Here’s a scary statistic: about fifteen percent of households in the United States are food insecure. Fifteen percent. Even in the world’s largest economy, millions deal with hunger daily. As a group, food insecure households are incredibly diverse. These households include fixed-income elderly individuals, single parent households, individuals with medical emergencies, and the unemployed. Luckily, there are great organizations like Second Harvest Food Bank of Orange County that dedicate their efforts to feeding the hungry.
Second Harvest Food Bank helps feed over 240,000 people in Orange County with 1.5 million pounds of food each month. It was founded in 1983 with a mission to end hunger in Orange County. With the help of 340 partner organizations, Second Harvest has distributed over 272 million pounds of food since it’s founding. Much of this is “rescued” food, food approaching it’s sell by date, which is collected from grocery stores and distributed to the hungry through their partner network. Their Brown Bag program provides struggling seniors with two bags of groceries twice a month. In addition, they help people sign up for CalFresh (California’s food stamp program) and provide emergency food assistance. Even with its massive scale, Second Harvest spends ninety cents of every dollar directly on food assistance. But before any food can be distributed, it must be inspected, sorted, and packed which requires some serious manpower. That’s where we come in.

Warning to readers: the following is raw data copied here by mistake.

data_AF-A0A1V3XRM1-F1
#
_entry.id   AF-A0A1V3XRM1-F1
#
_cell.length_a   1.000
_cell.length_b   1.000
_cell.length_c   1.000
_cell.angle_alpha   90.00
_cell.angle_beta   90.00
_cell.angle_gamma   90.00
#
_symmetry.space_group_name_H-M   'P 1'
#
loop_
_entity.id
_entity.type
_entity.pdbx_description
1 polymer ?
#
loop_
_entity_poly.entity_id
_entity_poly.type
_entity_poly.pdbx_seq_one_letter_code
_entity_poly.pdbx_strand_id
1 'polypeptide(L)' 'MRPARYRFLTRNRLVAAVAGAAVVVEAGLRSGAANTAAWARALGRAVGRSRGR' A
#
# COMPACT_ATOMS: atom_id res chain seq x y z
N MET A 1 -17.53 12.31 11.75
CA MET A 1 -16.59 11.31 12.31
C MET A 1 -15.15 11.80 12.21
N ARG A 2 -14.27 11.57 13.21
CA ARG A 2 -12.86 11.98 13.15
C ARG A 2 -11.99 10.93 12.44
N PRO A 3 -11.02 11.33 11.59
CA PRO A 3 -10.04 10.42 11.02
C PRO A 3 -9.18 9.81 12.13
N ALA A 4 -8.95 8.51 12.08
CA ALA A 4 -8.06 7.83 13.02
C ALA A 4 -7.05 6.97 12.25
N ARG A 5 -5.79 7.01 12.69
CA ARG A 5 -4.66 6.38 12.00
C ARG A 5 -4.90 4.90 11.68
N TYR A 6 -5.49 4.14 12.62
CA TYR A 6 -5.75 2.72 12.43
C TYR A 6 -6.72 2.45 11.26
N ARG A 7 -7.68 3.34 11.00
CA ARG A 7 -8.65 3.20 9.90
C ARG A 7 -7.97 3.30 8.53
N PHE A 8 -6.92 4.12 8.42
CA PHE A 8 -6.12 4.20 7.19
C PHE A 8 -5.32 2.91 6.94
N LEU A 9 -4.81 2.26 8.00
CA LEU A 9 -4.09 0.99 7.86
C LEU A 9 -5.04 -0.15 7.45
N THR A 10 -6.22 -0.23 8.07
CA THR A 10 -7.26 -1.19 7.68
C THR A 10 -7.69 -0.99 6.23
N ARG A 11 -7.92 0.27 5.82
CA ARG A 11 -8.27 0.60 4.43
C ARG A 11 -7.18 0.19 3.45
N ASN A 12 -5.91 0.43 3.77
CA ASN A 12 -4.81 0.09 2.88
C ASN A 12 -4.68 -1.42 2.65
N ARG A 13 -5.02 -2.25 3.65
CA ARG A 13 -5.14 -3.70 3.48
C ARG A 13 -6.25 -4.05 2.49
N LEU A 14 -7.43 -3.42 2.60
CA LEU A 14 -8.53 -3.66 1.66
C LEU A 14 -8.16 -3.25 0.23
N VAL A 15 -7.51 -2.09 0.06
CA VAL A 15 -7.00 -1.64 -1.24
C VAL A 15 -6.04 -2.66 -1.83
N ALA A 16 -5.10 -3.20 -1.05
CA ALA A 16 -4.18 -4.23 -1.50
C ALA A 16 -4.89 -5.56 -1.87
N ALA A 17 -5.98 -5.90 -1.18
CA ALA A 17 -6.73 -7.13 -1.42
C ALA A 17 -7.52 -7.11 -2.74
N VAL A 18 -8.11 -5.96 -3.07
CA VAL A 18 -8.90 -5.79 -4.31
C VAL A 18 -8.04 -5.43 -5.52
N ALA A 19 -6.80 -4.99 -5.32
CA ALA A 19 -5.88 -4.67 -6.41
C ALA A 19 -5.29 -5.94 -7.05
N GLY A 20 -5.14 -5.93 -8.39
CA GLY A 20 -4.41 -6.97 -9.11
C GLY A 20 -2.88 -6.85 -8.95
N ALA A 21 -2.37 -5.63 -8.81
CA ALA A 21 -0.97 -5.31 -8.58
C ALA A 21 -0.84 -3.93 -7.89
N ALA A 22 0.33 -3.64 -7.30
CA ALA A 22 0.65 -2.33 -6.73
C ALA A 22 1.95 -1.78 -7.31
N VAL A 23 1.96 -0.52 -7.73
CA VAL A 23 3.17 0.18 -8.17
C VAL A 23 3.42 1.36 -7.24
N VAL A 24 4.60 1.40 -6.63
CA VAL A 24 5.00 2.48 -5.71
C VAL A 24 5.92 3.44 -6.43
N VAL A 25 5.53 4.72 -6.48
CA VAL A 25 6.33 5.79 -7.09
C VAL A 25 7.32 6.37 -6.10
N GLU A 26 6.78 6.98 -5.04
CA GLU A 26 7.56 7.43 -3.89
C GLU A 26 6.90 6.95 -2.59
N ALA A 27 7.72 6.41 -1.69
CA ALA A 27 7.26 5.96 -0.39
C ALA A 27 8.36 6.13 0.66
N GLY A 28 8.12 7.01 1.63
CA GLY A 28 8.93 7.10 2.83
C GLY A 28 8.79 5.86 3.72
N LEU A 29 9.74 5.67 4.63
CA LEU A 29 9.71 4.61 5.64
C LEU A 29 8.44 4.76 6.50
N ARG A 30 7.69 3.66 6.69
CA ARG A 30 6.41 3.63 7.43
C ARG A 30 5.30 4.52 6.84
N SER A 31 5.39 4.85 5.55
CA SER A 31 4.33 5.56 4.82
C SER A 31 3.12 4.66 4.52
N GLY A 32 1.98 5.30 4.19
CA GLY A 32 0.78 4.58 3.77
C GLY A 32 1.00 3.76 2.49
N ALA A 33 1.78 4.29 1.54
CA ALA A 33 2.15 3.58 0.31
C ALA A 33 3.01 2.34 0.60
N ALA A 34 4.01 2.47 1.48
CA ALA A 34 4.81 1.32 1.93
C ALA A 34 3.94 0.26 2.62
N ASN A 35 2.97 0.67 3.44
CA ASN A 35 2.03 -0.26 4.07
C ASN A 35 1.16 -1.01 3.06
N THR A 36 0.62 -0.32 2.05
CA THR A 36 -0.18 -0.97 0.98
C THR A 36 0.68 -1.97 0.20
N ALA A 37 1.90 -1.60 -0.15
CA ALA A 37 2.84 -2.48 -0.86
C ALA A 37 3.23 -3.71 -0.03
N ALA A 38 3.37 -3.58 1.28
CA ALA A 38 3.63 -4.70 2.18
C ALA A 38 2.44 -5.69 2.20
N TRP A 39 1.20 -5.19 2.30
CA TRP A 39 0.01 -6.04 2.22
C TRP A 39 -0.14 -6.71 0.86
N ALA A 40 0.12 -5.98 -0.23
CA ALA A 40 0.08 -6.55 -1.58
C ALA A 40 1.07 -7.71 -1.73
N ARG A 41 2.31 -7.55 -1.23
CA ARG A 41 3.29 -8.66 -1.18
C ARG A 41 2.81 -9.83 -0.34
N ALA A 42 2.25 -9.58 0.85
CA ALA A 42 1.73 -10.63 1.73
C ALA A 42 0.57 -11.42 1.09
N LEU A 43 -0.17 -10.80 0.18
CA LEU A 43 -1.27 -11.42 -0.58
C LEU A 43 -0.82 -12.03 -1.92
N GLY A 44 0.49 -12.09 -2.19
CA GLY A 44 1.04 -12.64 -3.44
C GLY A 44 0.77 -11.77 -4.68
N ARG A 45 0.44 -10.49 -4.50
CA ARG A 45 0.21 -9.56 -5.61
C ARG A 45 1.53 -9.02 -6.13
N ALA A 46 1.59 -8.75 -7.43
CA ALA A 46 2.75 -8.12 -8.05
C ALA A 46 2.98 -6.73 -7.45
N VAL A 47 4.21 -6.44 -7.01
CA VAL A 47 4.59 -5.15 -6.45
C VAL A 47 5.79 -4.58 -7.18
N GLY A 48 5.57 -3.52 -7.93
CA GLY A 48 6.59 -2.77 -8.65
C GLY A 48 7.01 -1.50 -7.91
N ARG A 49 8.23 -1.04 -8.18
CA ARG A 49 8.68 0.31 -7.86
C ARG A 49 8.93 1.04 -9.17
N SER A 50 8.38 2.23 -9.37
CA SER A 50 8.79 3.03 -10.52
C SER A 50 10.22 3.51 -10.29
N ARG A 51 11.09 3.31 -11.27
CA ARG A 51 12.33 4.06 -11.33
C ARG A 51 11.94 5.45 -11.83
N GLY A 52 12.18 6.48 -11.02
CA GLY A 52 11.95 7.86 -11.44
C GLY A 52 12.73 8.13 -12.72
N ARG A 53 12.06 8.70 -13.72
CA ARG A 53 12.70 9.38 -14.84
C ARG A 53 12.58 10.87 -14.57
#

It was a beautiful October morning as we headed to Irvine for our Second Harvest volunteer event. Their facilities, located at the OC Great Park (also host of the 2013 Solar Decathlon), are truly an impressive operation. They occupy three warehouses which include over 9,000 square feet of refrigerator and freezer space! I wandered around the massive warehouse past row after row of pallets before finding the ecoSolargy team. A staff member spoke to the volunteers which included families and a large UCLA Alumni contingent, briefly about hunger in Orange County. We learned our project would be packing boxes designed to feed a family of four for one week.
Following our briefing, we walked over to the volunteer assembly line and got to work. Some volunteers assembled boxes and passed them to others who sent them down a long conveyer to be packed with donated food. At the end of the line, the boxes were sealed, arranged on pallets, and readied for shipment. The staff immediately recognized the leadership skills of TweeterDeeter and I and made us “Directors of the Waste Management Division”. In this capacity, we oversaw disposal of all refuse and…ok, so we just broke down boxes. But we did an impressive job, if I do say so myself. The operation ran incredibly smooth – I suppose with over 10,000 volunteers yearly, Second Harvest has their Saturday morning routine down to a science. With our fellow volunteers, we packed 29 pallets with 64 boxes each – nearly 2000 boxes. We fell shy of the 30 pallet record, but only because we ran out of supplies. There’s always next time…